Friday, March 22, 2024

Open Access Journal: Frontière·s

 [First posted in AWOL 12 January 2022, updated 22 March 2025]
 ISSN: 2534-7535
Frontière·s n°1
Frontière·s, Revue d’archéologie, histoire & histoire de l’art, offre un espace de réflexion épistémologique en Open Access aux chercheurs dont les travaux portent sur les sociétés antiques et médiévales. Son objectif est de proposer à la communauté scientifique un support de publication rapide et interdisciplinaire tout en garantissant la rigueur scientifique d’une revue à comité de lecture. Cette initiative est portée par de jeunes chercheurs de la Maison de l’Orient et de la Méditerranée Jean Pouilloux, principal soutien du projet.

Passés politisés

Usages politiques du passé antique et médiéval au xxie siècle
  • Politicized Past. Political Uses of the Ancient and Medieval Past in the Twenty-First Century

Edited by Florian Besson, Pauline Ducret and Fabien Bièvre-Perrin

There's nothing new under the sun: in the 21st century, history continues to fuel political debate, national narratives and protest narratives, conservative and progressive discourses, the arguments of one camp and those of its opponents... Historical facts and legacies establish themselves as arguments of authority, considered objective by some, to set boundaries or build bridges, to unite a group or set it against others. Whether they call themselves Reconquête or Renaissance, in a game of opposition that is supposed to reflect the political spectrum, political parties make no mistake when it comes to choosing a name. For this ninth issue of Frontière·s, we have invited authors to look at recent uses of the ancient and medieval past in the development of contemporary political ideologies and practices.

Now a recurring theme among specialists in the reception of Antiquity, the volume opens with rewrites of the history of Sparta on both sides of the North Atlantic: Vivien Barrière and Jean Hedin note the importance of Frank Miller's comic book 300 (1998) and its film adaptation by Zack Snyder (2007) in establishing a US political discourse that makes the Greek city the model of a warlike, eugenicist society, the only bulwark of a West threatened by the enemy from the East; Stéphane François and Adrien Nonjon look at how this is played out in France and Ukraine, focusing on far-right identitarian movements. By drawing attention to a specific use of history, ranging from excavations carried out by a far-right mayor in Romania (Mathieu Mokhtari) to the broadcasting of a Syrian series on the fall of Palmyra and Zenobia (Thomas Richard) to a book published in Marseille (Pierre Vey), the following contributions highlight the plasticity and diversity of situations. History is used as a tool by actors on both sides of the political spectrum; it can be the vehicle of a reactionary discourse that looks to an imaginary past as an ideal model to reproduce (Enki Baptiste), fuel a nationalist appropriation of border areas (Lorette Hehn) or, on the contrary, serve to strengthen a local identity perceived as under threat (Florentin Briffaz).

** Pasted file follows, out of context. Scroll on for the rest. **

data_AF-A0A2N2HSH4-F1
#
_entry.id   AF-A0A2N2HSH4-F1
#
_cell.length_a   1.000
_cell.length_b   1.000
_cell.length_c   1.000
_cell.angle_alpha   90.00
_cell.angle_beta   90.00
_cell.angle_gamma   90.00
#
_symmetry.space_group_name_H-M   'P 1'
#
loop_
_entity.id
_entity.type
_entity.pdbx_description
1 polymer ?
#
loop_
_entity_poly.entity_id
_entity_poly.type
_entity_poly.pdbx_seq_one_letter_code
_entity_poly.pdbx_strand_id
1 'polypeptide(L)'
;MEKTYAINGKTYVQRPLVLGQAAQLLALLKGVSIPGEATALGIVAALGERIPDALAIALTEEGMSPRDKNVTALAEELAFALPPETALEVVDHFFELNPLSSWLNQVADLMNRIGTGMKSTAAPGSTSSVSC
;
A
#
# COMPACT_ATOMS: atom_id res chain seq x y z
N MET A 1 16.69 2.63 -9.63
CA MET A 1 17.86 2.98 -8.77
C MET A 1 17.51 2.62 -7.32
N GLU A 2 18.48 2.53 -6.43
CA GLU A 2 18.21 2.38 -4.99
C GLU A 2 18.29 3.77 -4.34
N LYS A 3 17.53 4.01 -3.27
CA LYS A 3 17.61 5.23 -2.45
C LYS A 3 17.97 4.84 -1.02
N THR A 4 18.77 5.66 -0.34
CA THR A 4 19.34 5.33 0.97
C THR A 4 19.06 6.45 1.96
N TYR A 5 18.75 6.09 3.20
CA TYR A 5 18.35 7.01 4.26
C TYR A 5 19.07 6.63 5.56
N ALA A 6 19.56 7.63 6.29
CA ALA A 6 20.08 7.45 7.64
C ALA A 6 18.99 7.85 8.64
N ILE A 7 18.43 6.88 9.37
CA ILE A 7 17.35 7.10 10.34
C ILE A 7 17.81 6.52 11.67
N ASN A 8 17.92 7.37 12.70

See AWOL's full List of Open Access Journals in Ancient Studies

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